For this I am glad.

    I'm also happy they put the damn theme back to what it was! They must have heard my griping.

    So I'm all for more adventures centered on Din Djarin and Din Grogu. I just hope there isn't such a long wait this time.

    I think Jammer had eaten some grumpy burgers before writing this review... lol

    I'll give it 3 stars. It was a satisfying conclusion to a sub-par season.

    @MercerCreate

    "So the jet packs don't have enough fuel to chase a bird a few miles but they have plenty of fuel to escape the planet's gravity."

    haha... I had the same thought.

    @Yanks
    Yeah. They talked also at length about how dreadful the atmosphere is too.
    His pack didn't even have the booster that iron man had in Infinity War

    Re; Jetpack fuel

    Difference between a scrounging, ill-equpped religious Covert Sect and a disgraced, but well stocked former military platoon turned scavenger/mercenary fleet? *shrugs*

    The only thing I wonder about with those jetpacks is if they're wearing beskar drawers to keep their ass cheeks from catching a blaze. Better be glad we haven't seen a Mandalorian with a JLo booty. Otherwise things could get hot and bothered real quick.

    Get ready for Grog iun a Mandalorian suit complete with helmet (that he can take off of course, because.... hes cute) and jet packs.

    You know its coming.

    It would have been nice for a little explanation why Grogu can fully understand language but can not yet speak. Even saying that his species has slow developing vocal chords would be something.

    @Dave

    I've read the theory it's because of trauma.

    But actually although he's 50 he's still at the toddler stage of his race hence he's yet to speak except babbling. We don't know that Grogu understands fully all that's said, like young human children he could understand some speech but not really speak.He did make an attempt at 'this is the way' in an earlier episode this season.

    A cynic might think he doesn't yet speak because it's cuter...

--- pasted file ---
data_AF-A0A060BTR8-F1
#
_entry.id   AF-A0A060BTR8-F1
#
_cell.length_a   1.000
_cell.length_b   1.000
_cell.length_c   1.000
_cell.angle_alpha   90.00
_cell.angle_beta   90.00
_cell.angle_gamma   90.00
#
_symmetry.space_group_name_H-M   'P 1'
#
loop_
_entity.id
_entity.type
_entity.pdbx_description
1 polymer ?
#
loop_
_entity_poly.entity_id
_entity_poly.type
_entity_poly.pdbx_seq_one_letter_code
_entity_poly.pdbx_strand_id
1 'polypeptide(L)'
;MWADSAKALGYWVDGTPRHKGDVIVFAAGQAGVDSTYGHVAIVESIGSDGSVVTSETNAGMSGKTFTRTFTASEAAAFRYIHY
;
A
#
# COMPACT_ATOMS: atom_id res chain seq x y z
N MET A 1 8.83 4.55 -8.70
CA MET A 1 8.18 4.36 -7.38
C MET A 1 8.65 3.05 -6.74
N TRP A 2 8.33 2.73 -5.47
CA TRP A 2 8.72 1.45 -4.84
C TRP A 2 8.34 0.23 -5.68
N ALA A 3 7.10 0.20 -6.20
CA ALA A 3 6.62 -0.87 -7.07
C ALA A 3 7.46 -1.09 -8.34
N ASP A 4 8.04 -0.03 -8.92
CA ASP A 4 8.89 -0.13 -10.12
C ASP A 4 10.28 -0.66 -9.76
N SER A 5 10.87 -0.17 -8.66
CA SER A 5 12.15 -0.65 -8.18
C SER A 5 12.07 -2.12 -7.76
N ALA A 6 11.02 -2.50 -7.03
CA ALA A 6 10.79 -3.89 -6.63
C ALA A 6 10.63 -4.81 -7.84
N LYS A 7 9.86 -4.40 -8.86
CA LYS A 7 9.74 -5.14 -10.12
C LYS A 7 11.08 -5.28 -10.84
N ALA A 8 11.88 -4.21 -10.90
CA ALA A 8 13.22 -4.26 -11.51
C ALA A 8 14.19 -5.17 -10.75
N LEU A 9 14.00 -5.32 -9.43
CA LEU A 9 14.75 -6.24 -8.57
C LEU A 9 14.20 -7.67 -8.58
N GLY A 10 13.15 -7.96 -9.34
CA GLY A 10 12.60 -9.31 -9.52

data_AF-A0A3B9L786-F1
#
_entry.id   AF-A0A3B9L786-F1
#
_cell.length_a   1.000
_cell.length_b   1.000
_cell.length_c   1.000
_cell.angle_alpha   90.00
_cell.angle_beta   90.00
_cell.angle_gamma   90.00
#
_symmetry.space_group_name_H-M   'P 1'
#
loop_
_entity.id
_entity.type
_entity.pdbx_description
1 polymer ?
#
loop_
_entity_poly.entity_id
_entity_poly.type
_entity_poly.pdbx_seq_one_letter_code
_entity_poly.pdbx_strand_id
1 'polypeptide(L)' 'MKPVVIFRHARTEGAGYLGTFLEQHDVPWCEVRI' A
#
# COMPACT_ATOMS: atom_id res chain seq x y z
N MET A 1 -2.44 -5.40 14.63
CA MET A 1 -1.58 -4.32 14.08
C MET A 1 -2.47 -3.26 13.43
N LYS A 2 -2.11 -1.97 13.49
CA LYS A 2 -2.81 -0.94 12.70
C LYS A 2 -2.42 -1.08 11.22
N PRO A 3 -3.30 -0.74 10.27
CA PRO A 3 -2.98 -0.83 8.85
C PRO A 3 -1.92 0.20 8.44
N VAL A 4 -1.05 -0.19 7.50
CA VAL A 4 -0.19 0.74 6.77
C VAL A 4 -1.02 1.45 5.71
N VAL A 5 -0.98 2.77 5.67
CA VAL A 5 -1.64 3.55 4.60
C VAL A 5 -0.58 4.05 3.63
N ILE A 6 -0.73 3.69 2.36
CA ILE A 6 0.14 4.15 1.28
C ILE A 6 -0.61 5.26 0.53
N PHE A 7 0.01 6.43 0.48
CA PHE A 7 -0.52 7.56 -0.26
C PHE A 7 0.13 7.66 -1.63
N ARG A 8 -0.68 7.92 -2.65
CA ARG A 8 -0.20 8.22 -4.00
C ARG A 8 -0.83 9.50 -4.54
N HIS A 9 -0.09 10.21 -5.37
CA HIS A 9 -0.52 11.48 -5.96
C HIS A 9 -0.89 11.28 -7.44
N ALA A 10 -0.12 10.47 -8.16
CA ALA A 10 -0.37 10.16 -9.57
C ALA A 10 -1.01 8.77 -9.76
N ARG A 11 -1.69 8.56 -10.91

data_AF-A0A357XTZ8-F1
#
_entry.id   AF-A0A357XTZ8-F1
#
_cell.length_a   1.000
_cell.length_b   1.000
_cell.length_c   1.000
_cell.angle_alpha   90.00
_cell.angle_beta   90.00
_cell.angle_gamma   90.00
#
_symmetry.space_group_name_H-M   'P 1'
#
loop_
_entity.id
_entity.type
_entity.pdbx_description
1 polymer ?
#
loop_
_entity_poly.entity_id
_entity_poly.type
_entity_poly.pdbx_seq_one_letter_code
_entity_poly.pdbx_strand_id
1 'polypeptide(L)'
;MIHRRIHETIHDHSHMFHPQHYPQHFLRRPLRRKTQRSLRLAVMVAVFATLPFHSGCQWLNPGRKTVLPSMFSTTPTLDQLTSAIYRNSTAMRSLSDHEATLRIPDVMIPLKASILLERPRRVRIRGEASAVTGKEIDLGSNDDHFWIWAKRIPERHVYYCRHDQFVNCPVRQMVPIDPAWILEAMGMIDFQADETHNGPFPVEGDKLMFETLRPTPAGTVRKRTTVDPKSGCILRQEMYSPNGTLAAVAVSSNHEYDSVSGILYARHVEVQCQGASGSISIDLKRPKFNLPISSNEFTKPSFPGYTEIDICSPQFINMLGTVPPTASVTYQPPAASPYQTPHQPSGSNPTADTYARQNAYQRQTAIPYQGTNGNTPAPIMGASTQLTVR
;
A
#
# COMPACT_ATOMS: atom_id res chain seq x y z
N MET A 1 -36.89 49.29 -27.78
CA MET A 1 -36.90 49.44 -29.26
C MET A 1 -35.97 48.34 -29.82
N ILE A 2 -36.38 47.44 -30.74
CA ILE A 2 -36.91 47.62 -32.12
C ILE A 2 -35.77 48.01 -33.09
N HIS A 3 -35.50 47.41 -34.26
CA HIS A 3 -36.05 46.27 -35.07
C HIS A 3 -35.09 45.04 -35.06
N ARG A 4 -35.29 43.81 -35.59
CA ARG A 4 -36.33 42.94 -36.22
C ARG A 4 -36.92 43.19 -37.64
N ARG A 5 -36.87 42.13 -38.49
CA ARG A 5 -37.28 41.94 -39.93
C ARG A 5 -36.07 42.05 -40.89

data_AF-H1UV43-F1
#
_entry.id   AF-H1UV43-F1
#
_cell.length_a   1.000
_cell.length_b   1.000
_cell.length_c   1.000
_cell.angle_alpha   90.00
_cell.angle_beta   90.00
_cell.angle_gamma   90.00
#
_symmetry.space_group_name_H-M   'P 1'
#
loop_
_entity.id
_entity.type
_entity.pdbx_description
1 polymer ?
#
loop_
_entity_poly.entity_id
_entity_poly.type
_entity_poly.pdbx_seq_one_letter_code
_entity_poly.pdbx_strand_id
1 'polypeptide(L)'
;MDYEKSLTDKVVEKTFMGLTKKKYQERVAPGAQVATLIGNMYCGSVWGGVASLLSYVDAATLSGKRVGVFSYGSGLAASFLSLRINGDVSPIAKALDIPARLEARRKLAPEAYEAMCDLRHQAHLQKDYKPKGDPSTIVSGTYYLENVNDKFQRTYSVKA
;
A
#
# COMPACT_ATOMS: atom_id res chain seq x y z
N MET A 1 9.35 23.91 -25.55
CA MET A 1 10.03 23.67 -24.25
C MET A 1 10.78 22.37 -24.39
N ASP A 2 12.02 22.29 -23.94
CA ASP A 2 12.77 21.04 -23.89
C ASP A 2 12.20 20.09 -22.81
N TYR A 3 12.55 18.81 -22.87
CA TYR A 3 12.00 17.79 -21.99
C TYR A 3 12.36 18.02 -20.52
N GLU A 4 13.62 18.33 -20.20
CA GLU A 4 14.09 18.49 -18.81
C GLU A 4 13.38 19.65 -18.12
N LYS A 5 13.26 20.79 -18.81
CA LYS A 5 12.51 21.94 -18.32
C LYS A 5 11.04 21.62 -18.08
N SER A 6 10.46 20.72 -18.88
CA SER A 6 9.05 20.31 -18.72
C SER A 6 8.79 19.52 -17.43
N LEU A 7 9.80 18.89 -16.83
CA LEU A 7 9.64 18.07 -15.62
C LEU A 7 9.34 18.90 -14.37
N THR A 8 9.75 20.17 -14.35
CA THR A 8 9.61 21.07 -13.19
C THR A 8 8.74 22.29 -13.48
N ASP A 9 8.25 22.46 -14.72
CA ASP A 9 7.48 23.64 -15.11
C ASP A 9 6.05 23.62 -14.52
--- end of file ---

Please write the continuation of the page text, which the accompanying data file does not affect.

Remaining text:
I'm pretty close to Jammer, but I would go 2.5 stars. My eyes glazed over a bit during the long video-gamey battle sequence, and I had some nitpicks, but overall it was fine. Certainly better than that Jack Black episode.

    I agree that it's unfortunate to see Giancarlo Esposito in cardboard-villain mode, but it's clear that the people in charge of this show (or maybe Kathleen Kennedy) have determined that it needs to be very accessible "for kids", meaning no confusing nuance. Which worked like gangbusters for my youngest daughter, and a friend of mine said the same about his nine-year-old son.

    Definitely weird about Dr. Pershing.

    A few nitpicks I had:

    --Where is Carson Teva supposed to get the money to pay Mando if the latter's contracting gigs are supposed to be kept off the books?

    --Why is R5 afraid of heights? This was literally moments after he demonstrated the ability to fly, which I can't remember ever seeing before in a mech-droid.

    --Why was Grogu's robot head constantly turning back and forth? That was a cool effect when that's where IG-11's eyes were, but there was no indication Grogu had a screen to look at or anything.

    --What did Grogu spray Mando with? Some kind of first aid treatment?

    "I'm simply at the point of eye-rolls when it comes to the Creed and all its arbitrary doublespeak."

    Yeah, they have done this a bunch of times and I agree that it gets pretty arbitrary and loosey-goosey. I guess they have eliminated the helmet requirement at least.

    I can defend the episode on one point though:

    "The re-lighting of the Great Forge is fine and good, but it doesn't make the planet any less devastated and barren and thus puzzling as a resettlement option."

    That was the function of showing them farming. They apparently just need to do some tilling and planting and everything's cool.

    @MercerCreate: "It's crazy when two men exchanging hats on the bus in the Andor finale had more meaning than anything in S3 of Mando"

    LOL, sick burn.

    "So the jet packs don't have enough fuel to chase a bird a few miles but they have plenty of fuel to escape the planet's gravity."

    Heh, I noticed that too. The top line on the fuel gauge must say "WHATEVER THE PLOT REQUIRES THIS WEEK", which is also the answer to how much people in beskar armor can be hurt by blasters and such.

    @Lynos: I thought the BoBF finale was much worse than this one, although the two episodes preceding it were better than anything in this season.

    @Slackerinc

    Grogu desperately sprays bacta spray on Mando which was quite funny given he's got his helmet etc on.

    @Slackerink R2-D2 flew in a similar way in Attack of the clones (and it was stupid there too)

    Well, better than I thought it was going to be but it’s painfully obvious the entire season had two major problems, one caused by a presence - one caused by an absence. The Gina Carrano sized hole they had to write around made for some very awkward story beats and pacing, almost as bad as the requirement to include The Only Character That Sells Merchandise, the galaxy’s cutest Jedi, aka Baby Yoda, aka Grogu, aka Din Grogu.

    Some rumors swirling around that Disney is looking to sell off Star Wars, maybe Favreau and Filoni know what’s coming and their hearts just weren’t in it this season. Regardless, they can still redeem themselves by doing the Ahsoka series well then finishing up Mando’s story in a final season 4.